NIX Lice Treatment

NIX lice treatment is a very popular product marketed to combat head lice in kids. Its active ingredient, permethrin, has been used for years as a head lice treatment.

According to the American Academy of Pediatrics (AAP), NIX “is currently the recommended treatment for head lice, with retreatment in 7 to 10 days if live lice are seen.

This is a controversial recommendation. As the prevalence of head lice increases in schoolchildren, it’s worth taking a closer look at whether this commonly used, “recommended” course of treatment makes any sense.

NIX doesn’t kill the eggs

The instructions say that you're to saturate the hair with the NIX lice treatment, leave on for ten minutes and rinse out. The permethrin is supposed to kill the live head lice (the crawling insects).

Then you’re instructed to do a thorough nit-combing, to remove all the nits. According to the CDC, "Permethrin kills live lice, but not unhatched eggs.” The eggs in their nits are unaffected by the NIX. The treatment is just to kill the mobile insects.

Some permethrin residue remains even after rinsing out the Nix. This residue may affect newly hatched lice for a few days after the initial treatment.

Lice hatching after that window remain unaffected.

The instructions say to re-treat after 7 days have passed, if live insects are spotted again. (This might happen if a couple of nits were not combed out, which later hatched, or if some of the insects survived treatment with the NIX.)

So … the reason NIX is recommended is simply to kill the live insects so that they aren’t transmitted to other people. (And presumably also because dead insects are easier to comb out than live ones.) You still have to do all the time-consuming and painstaking nit-combing. Fair enough.

But there are a couple of good reaons NOT to use NIX lice treatment to try to kill the live insects before combing out.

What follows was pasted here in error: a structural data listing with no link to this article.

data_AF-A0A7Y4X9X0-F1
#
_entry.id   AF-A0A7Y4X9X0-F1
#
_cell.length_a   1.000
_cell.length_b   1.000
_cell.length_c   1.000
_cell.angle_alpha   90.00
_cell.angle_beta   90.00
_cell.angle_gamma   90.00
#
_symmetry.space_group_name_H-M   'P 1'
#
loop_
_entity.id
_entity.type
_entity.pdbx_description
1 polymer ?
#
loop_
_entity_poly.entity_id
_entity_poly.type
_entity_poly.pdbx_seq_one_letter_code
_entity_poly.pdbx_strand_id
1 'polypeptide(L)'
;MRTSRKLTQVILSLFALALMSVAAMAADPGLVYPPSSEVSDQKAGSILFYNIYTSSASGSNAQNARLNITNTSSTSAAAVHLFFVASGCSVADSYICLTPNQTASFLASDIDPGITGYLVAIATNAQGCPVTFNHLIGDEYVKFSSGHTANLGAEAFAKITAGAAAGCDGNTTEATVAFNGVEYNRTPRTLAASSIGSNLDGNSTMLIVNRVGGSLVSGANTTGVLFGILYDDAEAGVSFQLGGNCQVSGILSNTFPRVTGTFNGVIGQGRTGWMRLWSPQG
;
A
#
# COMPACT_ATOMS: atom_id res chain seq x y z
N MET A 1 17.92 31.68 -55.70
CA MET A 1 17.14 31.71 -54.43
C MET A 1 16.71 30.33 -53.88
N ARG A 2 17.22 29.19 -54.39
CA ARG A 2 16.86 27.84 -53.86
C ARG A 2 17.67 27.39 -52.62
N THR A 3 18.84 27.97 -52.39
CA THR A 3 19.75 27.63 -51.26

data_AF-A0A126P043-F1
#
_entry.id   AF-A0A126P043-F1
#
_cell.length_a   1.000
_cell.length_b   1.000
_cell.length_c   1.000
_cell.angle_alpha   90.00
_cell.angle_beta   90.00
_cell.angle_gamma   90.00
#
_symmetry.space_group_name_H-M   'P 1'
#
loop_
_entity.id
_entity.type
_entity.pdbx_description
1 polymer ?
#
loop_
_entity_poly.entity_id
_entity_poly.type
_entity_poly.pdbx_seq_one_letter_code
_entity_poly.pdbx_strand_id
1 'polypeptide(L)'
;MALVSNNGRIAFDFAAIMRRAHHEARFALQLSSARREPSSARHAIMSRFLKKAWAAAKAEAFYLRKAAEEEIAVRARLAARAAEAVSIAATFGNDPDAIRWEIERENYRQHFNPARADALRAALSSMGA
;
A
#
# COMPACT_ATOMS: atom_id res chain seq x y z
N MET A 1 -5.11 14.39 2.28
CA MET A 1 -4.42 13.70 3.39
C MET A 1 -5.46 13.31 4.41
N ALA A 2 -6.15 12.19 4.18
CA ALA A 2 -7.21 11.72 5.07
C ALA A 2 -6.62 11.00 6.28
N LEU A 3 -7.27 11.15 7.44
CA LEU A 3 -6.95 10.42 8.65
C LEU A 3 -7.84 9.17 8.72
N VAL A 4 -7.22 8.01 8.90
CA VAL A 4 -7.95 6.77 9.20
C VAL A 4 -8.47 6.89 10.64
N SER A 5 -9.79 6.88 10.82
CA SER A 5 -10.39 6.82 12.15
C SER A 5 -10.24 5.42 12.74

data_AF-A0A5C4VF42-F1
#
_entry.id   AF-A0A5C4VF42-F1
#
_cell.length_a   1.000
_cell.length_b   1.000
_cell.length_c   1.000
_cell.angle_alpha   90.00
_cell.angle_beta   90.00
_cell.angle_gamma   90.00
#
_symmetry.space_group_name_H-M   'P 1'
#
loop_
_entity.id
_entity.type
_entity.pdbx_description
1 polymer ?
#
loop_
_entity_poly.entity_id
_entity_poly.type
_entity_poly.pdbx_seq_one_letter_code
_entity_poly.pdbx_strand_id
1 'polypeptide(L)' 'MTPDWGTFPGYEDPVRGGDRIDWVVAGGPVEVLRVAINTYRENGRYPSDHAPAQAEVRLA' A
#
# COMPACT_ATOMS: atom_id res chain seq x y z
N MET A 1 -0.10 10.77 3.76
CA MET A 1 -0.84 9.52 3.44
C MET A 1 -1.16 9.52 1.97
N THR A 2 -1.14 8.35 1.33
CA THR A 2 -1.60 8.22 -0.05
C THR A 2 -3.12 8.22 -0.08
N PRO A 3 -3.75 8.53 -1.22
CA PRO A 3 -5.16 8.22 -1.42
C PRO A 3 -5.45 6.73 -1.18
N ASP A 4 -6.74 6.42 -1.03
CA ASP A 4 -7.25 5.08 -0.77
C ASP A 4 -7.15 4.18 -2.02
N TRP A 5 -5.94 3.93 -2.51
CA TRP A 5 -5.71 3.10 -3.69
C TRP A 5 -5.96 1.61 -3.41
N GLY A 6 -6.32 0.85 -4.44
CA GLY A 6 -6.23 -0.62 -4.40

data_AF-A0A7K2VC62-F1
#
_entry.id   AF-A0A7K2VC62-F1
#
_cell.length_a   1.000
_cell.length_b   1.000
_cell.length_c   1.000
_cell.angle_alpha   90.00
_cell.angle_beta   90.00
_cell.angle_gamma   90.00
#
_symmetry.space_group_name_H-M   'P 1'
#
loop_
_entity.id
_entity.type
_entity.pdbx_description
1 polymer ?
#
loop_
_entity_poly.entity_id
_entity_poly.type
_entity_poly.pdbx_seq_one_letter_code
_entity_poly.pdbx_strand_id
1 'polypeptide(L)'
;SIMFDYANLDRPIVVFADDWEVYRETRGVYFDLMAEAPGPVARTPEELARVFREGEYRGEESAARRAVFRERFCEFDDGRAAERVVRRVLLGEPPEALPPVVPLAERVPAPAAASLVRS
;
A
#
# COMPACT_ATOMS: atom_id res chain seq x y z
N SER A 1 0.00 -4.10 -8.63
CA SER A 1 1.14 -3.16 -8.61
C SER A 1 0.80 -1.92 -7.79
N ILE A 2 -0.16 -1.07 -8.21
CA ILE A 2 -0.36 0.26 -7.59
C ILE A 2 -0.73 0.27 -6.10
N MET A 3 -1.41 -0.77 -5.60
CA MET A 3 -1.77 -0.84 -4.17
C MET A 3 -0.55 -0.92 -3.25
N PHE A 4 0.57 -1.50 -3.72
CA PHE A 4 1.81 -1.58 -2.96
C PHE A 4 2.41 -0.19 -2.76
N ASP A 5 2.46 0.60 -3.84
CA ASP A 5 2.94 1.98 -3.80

Head lice have developed resistance to NIX

Permethrin has been prescribed for head lice so much, for so many years, that head lice populations have developed resistance to this chemical. According to the CDC, “Treatment failures can be common, depending whether lice are resistant to permethrin in the patient’s geographic location.

This trend is only increasing as permethrin continues to be heavily used all over the country. There’s no way to tell whether head lice on your child’s head will be susceptible to NIX. You can be sure, though, that resistance to the pesticide will continue to increase as long as it is overused.

Permethrin is a neurotoxin

I was surprised to learn how many safety concerns there are surrounding permethrin, given the widespread use of this pesticide on children. Here are some of the safety issues to consider:

Permethrin is a synthetic chemical that acts as a neurotoxin. It kills insects by damaging their nervous systems. It has complex effects on the nervous system in mammals. It's poisonous to dogs, and it can kill cats.

According to the Insecticide Fact Sheet from the Journal of Pesticide Reform, permethrin “is a neurotoxin. Symptoms include tremors, incoordination, elevated body temperature, increased aggressive behavior, and disruption of learning. Laboratory tests suggest that permethrin is more acutely toxic to children than to adults.

The EPA has also classified permethrin as a likely human carcinogen (cancer-causing agent).

The official NIX website posts warnings that using their product may cause scalp irritation, eye irritation, breathing difficulty or asthmatic episodes. It cautions users not to leave the NIX on for more than ten minutes, and not to re-apply within seven days.

The CDC states that permethrin is not approved for use on children less than two years old. It’s hard to see why anyone would want to use it children or adults, given its limited efficacy, the probability of treatment failure, and safety concerns.

So if NIX lice treatment was the only treatment available for head lice, I still wouldn’t use it. I think it would be far better just to use a regular conditioner in conjunction with a good lice comb.

If you want something to kill the insects first, so you’re combing out dead lice rather than live ones, you can use an enzyme shampoo. The enzymes also loosen the nit glue, so that nits come out more easily.

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